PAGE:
State agencies have frequently ignored the financial impacts of proposed regulations on small businesses, in violation of state law. That was the big take-away from a recent State Auditor’s Office (SAO) audit that examined 331 proposed rules affecting Washington employers in 2014 and 2015.
The state probe was one of several almost extinguished before birth in a proposed raid last year by Governor Jay Inslee and lawmakers on performance audit funding. However, endgame 2016 supplemental budget negotiations yielded enough money for it to go forward.
Among other things, SAO in the audit took state agencies to task for failing to justify nearly half of exemptions made to a state law, The Regulatory Fairness Act (RFA). It is intended to ensure small businesses are protected from potentially onerous regulatory costs, through issuance of a Small Business Economic Impact Statement, or SBEIS.
Warning Of Hiring Impacts
The SAO audit warned that “failure to recognize differences in the scale and resources of regulated businesses can adversely affect competition in the marketplace, discourage innovation, and restrict employment opportunities.”
SAO has offered what it says are low-cost recommendations to correct the problem, while Inslee has proposed a new work group to examine possible changes to state law. One state lawmaker plans to introduce a bill this session to ensure better state agency accountability, based on SAO’s recommendations. Other legislation on rule-making is already in the pipeline.
Too Many Small Business Regulations
In 2015, small companies (those with fewer than 50 employees) constituted 96 percent of Washington businesses, according to SAO. Almost half of Washington’s private sector employees work for a small business.
However, a July study that same year by the Pacific Research Institute ranked Washington at the top nationally for most burdensome state regulatory structures for small businesses.
The impact of state rule-making is felt by many, including homebuilders and buyers, and farmers. There are more than 22,000 pages of state agency regulations, and there were 1,046 rules adopted in 2015.
State Rep. Norma Smith (R-12) intends to introduce a bill this session that would “improve the regulatory climate” for small businesses by addressing the problems highlighted in the SAO audit.
“The RFA was enacted to protect small businesses from burdensome regulations, so it’s troubling state agencies are so often disregarding this important law,” said Smith in a statement. Smith said she hopes to learn if state agencies have been trying to work around the SBEIS requirement of RFA, to avoid economic mitigation costs.
“We don’t have many tools in our arsenal that compel state agencies to respect small businesses,” added Smith. “This is one of them, however, and I will do everything in my power to ensure these agencies are complying with state law. We will get this cleaned up for the citizens of Washington state.”
State Agencies: We’re Exempt, But Don’t Know Why
The RFA was passed by the state legislature in 1982 and requires that state agencies evaluate how a proposed rule will impact small businesses. If it is expected to add more than minor costs, the agency must release an SBEIS demonstrating whether or not the rule will have a disproportionate financial impact to smaller employers, versus larger companies. If so, the proposed rule must include compliance cost mitigation.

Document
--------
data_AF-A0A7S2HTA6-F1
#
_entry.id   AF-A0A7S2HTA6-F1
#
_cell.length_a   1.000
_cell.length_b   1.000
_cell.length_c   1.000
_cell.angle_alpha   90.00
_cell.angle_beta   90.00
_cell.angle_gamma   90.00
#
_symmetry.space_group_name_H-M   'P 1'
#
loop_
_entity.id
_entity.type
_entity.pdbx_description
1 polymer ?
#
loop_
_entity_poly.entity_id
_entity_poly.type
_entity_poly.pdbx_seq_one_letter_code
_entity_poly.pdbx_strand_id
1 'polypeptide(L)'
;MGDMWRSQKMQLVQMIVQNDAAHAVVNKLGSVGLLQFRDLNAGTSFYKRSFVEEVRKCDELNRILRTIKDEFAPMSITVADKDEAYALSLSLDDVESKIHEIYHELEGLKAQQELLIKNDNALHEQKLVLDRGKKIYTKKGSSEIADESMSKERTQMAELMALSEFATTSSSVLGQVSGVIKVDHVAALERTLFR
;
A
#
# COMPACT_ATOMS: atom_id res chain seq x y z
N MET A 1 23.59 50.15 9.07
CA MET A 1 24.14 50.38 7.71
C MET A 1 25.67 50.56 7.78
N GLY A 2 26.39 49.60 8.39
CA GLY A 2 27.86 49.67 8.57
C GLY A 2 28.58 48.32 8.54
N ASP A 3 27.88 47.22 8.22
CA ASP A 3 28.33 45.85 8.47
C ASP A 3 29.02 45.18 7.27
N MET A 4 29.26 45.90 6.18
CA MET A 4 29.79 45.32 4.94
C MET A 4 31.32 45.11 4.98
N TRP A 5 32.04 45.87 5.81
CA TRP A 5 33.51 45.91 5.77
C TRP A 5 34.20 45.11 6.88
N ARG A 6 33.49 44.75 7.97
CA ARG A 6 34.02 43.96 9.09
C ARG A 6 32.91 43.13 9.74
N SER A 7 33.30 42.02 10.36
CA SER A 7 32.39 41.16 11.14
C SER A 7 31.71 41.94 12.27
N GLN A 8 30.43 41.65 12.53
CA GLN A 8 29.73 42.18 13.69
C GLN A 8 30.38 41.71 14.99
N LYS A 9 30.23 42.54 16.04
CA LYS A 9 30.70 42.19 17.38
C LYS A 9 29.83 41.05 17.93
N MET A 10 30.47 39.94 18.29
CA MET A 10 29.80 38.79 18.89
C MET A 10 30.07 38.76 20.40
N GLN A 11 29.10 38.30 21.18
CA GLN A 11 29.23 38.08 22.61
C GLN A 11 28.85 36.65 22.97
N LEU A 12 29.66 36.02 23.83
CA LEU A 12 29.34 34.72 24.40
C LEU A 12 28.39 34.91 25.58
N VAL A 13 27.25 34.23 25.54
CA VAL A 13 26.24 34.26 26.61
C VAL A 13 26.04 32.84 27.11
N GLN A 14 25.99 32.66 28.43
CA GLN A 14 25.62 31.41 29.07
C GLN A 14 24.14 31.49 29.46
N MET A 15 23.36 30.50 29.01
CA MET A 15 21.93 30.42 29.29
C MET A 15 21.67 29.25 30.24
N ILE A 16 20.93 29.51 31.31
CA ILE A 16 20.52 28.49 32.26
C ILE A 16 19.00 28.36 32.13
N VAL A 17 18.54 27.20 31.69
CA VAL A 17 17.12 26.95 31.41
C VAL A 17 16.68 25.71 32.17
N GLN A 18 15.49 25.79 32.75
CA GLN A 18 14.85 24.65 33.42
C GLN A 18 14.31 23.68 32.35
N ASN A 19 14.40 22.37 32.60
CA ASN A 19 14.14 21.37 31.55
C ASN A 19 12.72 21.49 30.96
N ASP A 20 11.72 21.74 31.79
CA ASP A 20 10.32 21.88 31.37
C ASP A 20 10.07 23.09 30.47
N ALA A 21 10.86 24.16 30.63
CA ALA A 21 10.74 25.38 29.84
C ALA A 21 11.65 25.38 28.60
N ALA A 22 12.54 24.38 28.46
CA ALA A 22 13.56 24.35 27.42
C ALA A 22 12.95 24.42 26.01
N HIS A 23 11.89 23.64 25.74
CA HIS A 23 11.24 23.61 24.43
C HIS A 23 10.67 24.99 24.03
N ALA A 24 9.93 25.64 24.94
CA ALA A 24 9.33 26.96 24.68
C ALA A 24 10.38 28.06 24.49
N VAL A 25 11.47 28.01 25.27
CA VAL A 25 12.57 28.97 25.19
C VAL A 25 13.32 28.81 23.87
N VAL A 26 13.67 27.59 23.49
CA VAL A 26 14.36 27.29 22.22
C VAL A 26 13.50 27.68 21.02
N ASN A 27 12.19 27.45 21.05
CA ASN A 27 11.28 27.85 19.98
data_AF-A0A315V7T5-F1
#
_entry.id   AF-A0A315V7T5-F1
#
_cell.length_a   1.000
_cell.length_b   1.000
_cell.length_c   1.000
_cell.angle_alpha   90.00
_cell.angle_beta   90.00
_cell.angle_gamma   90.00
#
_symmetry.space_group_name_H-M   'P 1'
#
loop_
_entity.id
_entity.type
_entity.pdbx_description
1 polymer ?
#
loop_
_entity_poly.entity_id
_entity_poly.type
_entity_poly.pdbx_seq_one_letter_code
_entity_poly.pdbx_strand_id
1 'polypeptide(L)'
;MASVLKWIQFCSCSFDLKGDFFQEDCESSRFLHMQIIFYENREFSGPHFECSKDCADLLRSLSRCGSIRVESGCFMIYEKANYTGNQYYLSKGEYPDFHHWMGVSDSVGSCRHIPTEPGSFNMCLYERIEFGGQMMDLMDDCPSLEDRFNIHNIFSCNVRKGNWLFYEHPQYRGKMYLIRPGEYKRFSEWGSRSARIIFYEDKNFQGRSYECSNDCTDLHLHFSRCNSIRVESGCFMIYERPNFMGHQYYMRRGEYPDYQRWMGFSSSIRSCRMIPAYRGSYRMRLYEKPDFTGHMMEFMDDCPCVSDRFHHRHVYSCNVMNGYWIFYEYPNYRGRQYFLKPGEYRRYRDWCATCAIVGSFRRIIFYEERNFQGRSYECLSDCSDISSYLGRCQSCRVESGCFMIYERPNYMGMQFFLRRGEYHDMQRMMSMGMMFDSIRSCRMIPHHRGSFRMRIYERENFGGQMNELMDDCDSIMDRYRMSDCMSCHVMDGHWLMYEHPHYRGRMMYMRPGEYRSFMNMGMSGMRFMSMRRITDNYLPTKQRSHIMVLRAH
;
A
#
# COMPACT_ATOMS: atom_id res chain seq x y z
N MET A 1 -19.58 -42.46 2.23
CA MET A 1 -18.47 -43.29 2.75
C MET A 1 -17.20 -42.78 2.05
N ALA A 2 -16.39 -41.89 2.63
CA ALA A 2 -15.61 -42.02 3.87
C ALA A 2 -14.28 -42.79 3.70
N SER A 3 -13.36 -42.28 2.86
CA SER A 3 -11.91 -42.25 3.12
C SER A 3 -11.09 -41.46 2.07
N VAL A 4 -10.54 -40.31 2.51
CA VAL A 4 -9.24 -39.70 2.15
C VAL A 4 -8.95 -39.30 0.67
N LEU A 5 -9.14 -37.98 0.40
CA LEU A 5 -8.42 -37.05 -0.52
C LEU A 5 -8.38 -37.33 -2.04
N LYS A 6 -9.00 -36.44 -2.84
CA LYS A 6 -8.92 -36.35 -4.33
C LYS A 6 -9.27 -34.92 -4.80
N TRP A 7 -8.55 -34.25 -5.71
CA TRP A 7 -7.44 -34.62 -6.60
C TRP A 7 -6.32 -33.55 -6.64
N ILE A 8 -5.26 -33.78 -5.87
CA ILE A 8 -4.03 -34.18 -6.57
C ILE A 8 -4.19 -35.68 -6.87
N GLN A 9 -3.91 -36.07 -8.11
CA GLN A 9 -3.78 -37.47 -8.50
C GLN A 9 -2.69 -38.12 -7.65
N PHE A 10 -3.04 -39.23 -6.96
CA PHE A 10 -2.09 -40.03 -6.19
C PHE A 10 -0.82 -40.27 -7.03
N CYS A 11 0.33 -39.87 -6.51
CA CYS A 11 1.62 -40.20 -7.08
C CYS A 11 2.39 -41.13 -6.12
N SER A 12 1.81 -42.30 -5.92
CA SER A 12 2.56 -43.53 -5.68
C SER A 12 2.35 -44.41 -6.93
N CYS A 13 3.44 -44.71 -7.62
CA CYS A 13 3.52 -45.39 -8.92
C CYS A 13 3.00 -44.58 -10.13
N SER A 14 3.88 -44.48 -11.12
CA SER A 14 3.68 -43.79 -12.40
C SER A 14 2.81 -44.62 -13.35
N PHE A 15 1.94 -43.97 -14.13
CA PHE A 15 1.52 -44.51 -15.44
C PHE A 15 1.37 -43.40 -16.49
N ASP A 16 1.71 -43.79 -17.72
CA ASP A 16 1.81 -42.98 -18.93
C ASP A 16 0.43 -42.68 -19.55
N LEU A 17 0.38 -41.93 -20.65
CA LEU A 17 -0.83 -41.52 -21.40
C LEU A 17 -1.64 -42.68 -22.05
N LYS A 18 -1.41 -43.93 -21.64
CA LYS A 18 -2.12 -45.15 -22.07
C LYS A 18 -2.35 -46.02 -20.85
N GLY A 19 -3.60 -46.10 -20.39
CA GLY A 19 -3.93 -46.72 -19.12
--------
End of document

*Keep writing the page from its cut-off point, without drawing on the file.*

The SAO audit found that of the 25 proposed rules that did include an economic impact statement, only seven were done fully according to RFA rules. As well, state agencies claimed an exemption to RFA’s economic impact statement requirement for 127 of the 331 proposed rules. Only half of those 127 rules referenced a specific exemption in RFA. Even when specific exemptions were claimed, the audit found inconsistency in how state agencies interpreted them.
Takko: Law Is Too Vaguely Written
While Smith questions whether there was a “concerted effort” by state agencies to avoid full RFA compliance, State Sen. Dean Takko (D-19) says the law is written “vaguely enough it could be interpreted a lot of ways.”
The SAO audit recommendations include clarifying RFA exemptions and modifying the proposed rule form used by agencies, two ideas that Takko supports.
“Have it pretty much (say) in statute, ‘Here is what you will use,’ so there isn’t ambiguity,” Takko said.
The audit also recommended better RFA compliance training for state workers, noting that “few agencies give employees complete and accurate guidance or templates.”
Inslee’s Office of Financial Management Director David Schumacher, in an agency response within the audit, said any changes to RFA at this time would be “premature.” Inslee has proposed a work group comprised of state rule-making agencies, small business customers, and other stakeholders to discuss the impacts of RFA reforms.
Schumacher added that “agencies must strike a balance between maintaining the intent of regulations mandated by law and limiting the costs to business.”
A House bill sponsored by State Rep. David Taylor (R-15) seeks to eliminate the state rule-making process “except in certain specified instances.” It has been pre-filed but not yet assigned a committee.
The latest SAO report is not the first to raise concerns about the impact of rule-making on Washington employers. A 2015 state performance audit urged agencies to shrink and unify business rules and regulations.